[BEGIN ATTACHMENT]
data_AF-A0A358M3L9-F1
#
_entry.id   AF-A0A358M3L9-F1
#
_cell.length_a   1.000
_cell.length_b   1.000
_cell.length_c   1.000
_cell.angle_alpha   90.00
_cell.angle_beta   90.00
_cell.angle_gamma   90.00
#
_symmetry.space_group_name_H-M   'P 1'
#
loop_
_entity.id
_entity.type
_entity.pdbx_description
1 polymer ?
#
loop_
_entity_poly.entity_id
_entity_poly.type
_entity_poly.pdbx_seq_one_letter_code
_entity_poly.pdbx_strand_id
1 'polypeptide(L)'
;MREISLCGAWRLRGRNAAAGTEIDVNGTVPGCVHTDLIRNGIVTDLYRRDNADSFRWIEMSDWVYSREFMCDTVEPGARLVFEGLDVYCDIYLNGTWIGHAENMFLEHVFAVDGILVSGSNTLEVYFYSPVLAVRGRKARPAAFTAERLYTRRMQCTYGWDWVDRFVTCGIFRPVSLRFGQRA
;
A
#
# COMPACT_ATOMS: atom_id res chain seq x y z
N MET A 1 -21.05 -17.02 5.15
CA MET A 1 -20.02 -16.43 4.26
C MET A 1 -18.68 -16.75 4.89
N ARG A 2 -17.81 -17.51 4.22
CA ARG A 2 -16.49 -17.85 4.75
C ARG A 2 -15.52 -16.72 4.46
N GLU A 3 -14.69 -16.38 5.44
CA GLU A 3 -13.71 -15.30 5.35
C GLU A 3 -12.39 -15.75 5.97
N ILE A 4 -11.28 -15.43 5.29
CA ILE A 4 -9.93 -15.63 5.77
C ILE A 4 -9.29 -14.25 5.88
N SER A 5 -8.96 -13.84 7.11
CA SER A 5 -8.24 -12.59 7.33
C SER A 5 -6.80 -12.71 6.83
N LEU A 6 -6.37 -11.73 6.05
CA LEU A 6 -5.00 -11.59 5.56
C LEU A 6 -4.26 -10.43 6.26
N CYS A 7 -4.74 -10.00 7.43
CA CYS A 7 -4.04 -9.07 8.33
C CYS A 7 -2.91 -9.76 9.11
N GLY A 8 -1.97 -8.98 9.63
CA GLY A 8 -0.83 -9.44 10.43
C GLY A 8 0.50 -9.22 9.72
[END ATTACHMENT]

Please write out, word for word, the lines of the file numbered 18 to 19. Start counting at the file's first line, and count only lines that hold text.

1 polymer ?
#